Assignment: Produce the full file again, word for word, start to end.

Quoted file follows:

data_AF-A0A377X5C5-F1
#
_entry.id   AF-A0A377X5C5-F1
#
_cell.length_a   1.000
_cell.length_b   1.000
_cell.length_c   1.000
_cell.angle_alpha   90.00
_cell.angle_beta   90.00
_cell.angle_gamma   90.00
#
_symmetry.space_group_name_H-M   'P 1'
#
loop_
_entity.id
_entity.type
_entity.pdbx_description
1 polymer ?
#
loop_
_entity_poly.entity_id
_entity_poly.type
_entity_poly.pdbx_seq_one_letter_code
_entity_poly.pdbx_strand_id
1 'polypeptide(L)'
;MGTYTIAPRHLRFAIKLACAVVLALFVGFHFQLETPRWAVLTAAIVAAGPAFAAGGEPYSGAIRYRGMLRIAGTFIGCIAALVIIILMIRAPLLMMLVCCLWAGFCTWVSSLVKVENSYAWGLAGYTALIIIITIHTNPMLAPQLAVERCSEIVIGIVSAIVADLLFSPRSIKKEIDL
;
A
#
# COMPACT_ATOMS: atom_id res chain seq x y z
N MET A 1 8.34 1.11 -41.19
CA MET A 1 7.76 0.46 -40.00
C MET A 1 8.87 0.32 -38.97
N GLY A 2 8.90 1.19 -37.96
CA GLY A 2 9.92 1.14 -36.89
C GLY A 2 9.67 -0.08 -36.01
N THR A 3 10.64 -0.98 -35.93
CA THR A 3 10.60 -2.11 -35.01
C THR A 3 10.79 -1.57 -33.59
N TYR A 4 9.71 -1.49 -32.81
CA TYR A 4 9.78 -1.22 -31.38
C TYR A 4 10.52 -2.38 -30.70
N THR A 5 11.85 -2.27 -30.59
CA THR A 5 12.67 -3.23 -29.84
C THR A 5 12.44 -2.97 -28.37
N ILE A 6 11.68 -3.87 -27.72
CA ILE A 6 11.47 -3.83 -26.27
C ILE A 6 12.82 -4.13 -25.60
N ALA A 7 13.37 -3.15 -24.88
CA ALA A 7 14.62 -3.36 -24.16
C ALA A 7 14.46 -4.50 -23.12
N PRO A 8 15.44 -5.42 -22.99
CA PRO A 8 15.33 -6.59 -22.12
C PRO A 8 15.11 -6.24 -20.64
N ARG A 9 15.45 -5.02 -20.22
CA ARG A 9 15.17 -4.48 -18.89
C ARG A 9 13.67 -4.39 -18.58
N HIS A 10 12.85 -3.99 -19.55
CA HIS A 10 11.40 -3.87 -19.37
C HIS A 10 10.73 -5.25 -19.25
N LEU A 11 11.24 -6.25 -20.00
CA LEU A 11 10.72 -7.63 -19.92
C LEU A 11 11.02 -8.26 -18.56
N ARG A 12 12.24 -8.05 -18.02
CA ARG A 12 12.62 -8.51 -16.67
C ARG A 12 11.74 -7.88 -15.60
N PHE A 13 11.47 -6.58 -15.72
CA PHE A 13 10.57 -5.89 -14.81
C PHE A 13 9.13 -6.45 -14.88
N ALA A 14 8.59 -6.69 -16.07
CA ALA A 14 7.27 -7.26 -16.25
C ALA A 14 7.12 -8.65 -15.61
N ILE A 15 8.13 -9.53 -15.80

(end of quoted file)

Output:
data_AF-A0A377X5C5-F1
#
_entry.id   AF-A0A377X5C5-F1
#
_cell.length_a   1.000
_cell.length_b   1.000
_cell.length_c   1.000
_cell.angle_alpha   90.00
_cell.angle_beta   90.00
_cell.angle_gamma   90.00
#
_symmetry.space_group_name_H-M   'P 1'
#
loop_
_entity.id
_entity.type
_entity.pdbx_description
1 polymer ?
#
loop_
_entity_poly.entity_id
_entity_poly.type
_entity_poly.pdbx_seq_one_letter_code
_entity_poly.pdbx_strand_id
1 'polypeptide(L)'
;MGTYTIAPRHLRFAIKLACAVVLALFVGFHFQLETPRWAVLTAAIVAAGPAFAAGGEPYSGAIRYRGMLRIAGTFIGCIAALVIIILMIRAPLLMMLVCCLWAGFCTWVSSLVKVENSYAWGLAGYTALIIIITIHTNPMLAPQLAVERCSEIVIGIVSAIVADLLFSPRSIKKEIDL
;
A
#
# COMPACT_ATOMS: atom_id res chain seq x y z
N MET A 1 8.34 1.11 -41.19
CA MET A 1 7.76 0.46 -40.00
C MET A 1 8.87 0.32 -38.97
N GLY A 2 8.90 1.19 -37.96
CA GLY A 2 9.92 1.14 -36.89
C GLY A 2 9.67 -0.08 -36.01
N THR A 3 10.64 -0.98 -35.93
CA THR A 3 10.60 -2.11 -35.01
C THR A 3 10.79 -1.57 -33.59
N TYR A 4 9.71 -1.49 -32.81
CA TYR A 4 9.78 -1.22 -31.38
C TYR A 4 10.52 -2.38 -30.70
N THR A 5 11.85 -2.27 -30.59
CA THR A 5 12.67 -3.23 -29.84
C THR A 5 12.44 -2.97 -28.37
N ILE A 6 11.68 -3.87 -27.72
CA ILE A 6 11.47 -3.83 -26.27
C ILE A 6 12.82 -4.13 -25.60
N ALA A 7 13.37 -3.15 -24.88
CA ALA A 7 14.62 -3.36 -24.16
C ALA A 7 14.46 -4.50 -23.12
N PRO A 8 15.44 -5.42 -22.99
CA PRO A 8 15.33 -6.59 -22.12
C PRO A 8 15.11 -6.24 -20.64
N ARG A 9 15.45 -5.02 -20.22
CA ARG A 9 15.17 -4.48 -18.89
C ARG A 9 13.67 -4.39 -18.58
N HIS A 10 12.85 -3.99 -19.55
CA HIS A 10 11.40 -3.87 -19.37
C HIS A 10 10.73 -5.25 -19.25
N LEU A 11 11.24 -6.25 -20.00
CA LEU A 11 10.72 -7.63 -19.92
C LEU A 11 11.02 -8.26 -18.56
N ARG A 12 12.24 -8.05 -18.02
CA ARG A 12 12.62 -8.51 -16.67
C ARG A 12 11.74 -7.88 -15.60
N PHE A 13 11.47 -6.58 -15.72
CA PHE A 13 10.57 -5.89 -14.81
C PHE A 13 9.13 -6.45 -14.88
N ALA A 14 8.59 -6.69 -16.07
CA ALA A 14 7.27 -7.26 -16.25
C ALA A 14 7.12 -8.65 -15.61
N ILE A 15 8.13 -9.53 -15.80